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Bankruptcy Court Adopts Income Approach to Valuation of Going Concern Business to Find Debtors Were Solvent at the Time of Alleged Constructive Fraudulent Transfers

By Charlene D. Davis

On June 10, 2013, following a three-day consolidated trial on the merits, Judge Brendan L. Shannon entered judgment (and a supporting opinion) in favor of defendants C/R Energy Coinvestment II L.P. et al. (“Ritchie”) and Cottonwood Partnership, LLP et al. (“Cottonwood”, and together with Ritchie, the “Defendants”) in adversary proceedings brought by the trustee of the SemGroup Litigation Trust (the “Trustee”) seeking to recover equity distributions as fraudulent transfers under sections 544 and 548 of the Bankruptcy Code and the Oklahoma Uniform Fraudulent Transfer Act (the “UFTA”).  The equity distributions had been made by SemCrude, L.P. (“SemGroup”) to Ritchie and Cottonwood in August 2007 (the “2007 Distributions”) and February 2008 (the “2008 Distributions”).  Thereafter, on July 22, 2008, SemCrude, l.P. and certain of its affiliates (the “Debtors”) filed chapter 11 petitions in the District of Delaware Bankruptcy Court and on October 28, 2009, the Court entered an order confirming the Debtors’ chapter 11 plan (the “Plan”).  The Plan provided for a liquidating trust that was vested with the fraudulent transfer claims.

On March 29, 2010, the Trustee filed complaints against Ritchie and Cottonwood (Adv. Proc. Nos. 10-50840 and 10-51808 respectively) seeking to recover the 2007 Distributions and the 2008 Distributions as avoidable constructive fraudulent transfers.  In December 2011, the Court approved a stipulation of the parties consolidating the adversary proceedings for discovery purposes.  Following discovery, the Defendants moved for summary judgment in their favor with regard to the 2007 Distributions (the “Summary Judgment Motion”).  On April 11, 2013, the Court granted the Summary Judgment Motion and, eleven days later, began a 3 day trial on the claims as they related to the 2008 Distributions.

At trial the evidence consisted in large part of expert testimony on the issue of insolvency.  The Court easily found that the 2008 Distributions had been made within the 2 year period prior to the Petition Date.  It also found that the Debtors did not receive reasonably equivalent value for the 2008 Distributions.  What it did not find was that the Debtors were insolvent at the time of the 2008 Distributions.  As a result, the Court held that the Trustee had failed to establish the Debtors’ insolvency by a preponderance of the evidence.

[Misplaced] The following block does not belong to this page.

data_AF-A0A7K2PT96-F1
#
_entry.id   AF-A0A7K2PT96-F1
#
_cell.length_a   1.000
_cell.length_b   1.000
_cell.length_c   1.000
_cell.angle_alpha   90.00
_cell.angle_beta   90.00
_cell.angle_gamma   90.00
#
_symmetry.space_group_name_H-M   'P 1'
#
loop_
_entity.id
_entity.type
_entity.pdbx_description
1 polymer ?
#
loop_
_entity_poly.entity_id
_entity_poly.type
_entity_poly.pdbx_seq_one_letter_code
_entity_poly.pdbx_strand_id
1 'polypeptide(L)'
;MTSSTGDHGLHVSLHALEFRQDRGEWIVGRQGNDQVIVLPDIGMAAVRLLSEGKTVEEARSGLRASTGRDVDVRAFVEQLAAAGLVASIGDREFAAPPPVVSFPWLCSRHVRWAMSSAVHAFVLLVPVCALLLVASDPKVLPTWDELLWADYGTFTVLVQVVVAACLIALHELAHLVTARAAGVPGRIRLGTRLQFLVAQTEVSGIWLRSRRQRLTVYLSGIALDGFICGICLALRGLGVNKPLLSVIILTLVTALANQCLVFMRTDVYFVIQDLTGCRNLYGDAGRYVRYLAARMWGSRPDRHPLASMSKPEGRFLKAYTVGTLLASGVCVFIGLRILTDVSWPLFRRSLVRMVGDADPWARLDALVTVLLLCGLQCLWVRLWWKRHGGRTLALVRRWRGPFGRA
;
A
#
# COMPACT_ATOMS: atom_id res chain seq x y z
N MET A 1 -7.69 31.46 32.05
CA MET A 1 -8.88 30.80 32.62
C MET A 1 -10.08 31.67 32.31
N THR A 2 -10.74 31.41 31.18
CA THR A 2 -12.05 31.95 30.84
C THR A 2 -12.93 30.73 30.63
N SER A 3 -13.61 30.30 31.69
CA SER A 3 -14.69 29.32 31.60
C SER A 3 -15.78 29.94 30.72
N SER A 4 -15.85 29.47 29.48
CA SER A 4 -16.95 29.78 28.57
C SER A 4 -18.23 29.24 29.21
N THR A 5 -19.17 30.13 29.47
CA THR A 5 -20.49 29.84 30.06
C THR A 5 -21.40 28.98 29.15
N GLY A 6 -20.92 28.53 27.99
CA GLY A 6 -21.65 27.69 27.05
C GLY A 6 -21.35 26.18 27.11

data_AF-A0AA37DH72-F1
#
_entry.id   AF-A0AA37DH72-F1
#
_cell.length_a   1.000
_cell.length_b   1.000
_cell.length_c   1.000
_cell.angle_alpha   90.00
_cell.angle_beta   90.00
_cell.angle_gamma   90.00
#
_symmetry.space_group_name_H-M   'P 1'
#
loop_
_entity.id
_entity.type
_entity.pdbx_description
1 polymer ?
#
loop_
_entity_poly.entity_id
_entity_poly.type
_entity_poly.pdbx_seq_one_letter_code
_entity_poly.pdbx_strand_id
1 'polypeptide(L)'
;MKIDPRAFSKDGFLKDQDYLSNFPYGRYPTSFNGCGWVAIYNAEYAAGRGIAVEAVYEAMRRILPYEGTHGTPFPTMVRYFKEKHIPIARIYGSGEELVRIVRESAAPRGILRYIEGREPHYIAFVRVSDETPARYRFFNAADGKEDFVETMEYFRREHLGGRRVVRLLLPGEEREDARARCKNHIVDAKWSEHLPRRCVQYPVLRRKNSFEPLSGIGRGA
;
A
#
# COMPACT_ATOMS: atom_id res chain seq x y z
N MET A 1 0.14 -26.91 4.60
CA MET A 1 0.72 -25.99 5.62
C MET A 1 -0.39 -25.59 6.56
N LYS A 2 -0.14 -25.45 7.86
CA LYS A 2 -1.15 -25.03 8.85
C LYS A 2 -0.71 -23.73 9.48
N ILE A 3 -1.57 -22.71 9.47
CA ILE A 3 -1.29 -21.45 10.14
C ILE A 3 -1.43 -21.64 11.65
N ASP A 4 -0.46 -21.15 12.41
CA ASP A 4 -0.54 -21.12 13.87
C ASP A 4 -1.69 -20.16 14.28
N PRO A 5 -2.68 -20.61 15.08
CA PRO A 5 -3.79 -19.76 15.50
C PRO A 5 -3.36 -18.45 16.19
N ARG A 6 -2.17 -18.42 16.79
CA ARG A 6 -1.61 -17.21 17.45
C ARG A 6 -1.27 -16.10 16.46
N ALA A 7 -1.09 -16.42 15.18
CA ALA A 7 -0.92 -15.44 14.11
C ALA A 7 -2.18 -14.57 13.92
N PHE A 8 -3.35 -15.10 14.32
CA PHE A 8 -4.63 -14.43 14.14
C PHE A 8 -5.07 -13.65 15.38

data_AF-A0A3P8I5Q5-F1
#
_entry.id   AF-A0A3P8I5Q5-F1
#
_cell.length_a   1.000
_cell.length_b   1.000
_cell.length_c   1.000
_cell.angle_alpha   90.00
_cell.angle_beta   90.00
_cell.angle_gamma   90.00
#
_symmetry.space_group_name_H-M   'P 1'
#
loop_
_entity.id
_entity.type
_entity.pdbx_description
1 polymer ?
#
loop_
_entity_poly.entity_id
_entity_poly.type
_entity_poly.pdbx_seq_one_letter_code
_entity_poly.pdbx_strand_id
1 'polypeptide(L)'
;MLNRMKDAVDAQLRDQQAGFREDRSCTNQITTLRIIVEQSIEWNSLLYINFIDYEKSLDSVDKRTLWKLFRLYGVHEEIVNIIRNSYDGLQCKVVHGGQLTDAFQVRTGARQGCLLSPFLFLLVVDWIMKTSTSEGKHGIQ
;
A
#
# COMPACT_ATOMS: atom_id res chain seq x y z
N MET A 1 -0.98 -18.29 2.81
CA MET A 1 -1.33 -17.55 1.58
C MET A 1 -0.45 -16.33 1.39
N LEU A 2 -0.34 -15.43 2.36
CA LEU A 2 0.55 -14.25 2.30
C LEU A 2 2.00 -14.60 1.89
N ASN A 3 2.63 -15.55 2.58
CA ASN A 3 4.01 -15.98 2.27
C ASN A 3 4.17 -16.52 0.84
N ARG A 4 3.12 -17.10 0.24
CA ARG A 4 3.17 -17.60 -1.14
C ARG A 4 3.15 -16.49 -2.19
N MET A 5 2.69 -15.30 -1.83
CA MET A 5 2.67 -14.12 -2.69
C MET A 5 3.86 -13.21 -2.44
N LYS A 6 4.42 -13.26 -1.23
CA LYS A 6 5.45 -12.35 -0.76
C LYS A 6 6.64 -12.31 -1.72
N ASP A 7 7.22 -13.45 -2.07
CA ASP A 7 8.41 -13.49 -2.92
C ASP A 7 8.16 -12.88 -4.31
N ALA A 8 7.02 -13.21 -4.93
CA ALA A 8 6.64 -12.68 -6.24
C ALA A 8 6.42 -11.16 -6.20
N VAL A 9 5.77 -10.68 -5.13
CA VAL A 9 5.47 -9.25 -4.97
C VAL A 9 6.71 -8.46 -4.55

The holding was based upon the Court’s assessment of competing valuation methodologies.  The Trustee’s expert employed an Asset Approach to valuation.  The defendants’ expert used both a Market and Income Approach.  The Court noted that the parties generally agreed that, in 2008, the Debtors were a going concern; that valuation of the Debtors as a going concern was appropriate and that the Income Approach was the preferred method for going concern valuations.  The Court agreed with the parties; found that the Trustee’s arguments against using the Income Approach in these proceedings were not convincing; and adopted the Income Approach.  The Court was not convinced that the Asset Approach was the best way to value the Debtors, because they were a going concern, and, in any event, questioned certain of the adjustments made by the expert to the Debtors’ balance sheet while employing the Asset Approach.  The Court held that the Trustee’s inability to establish the Debtors’ insolvency at the time of the 2008 Distributions required judgment for the Defendants on the fraudulent conveyance claims under both the Bankruptcy Code and the Oklahoma UFTA.

A copy of the opinion can be found here.

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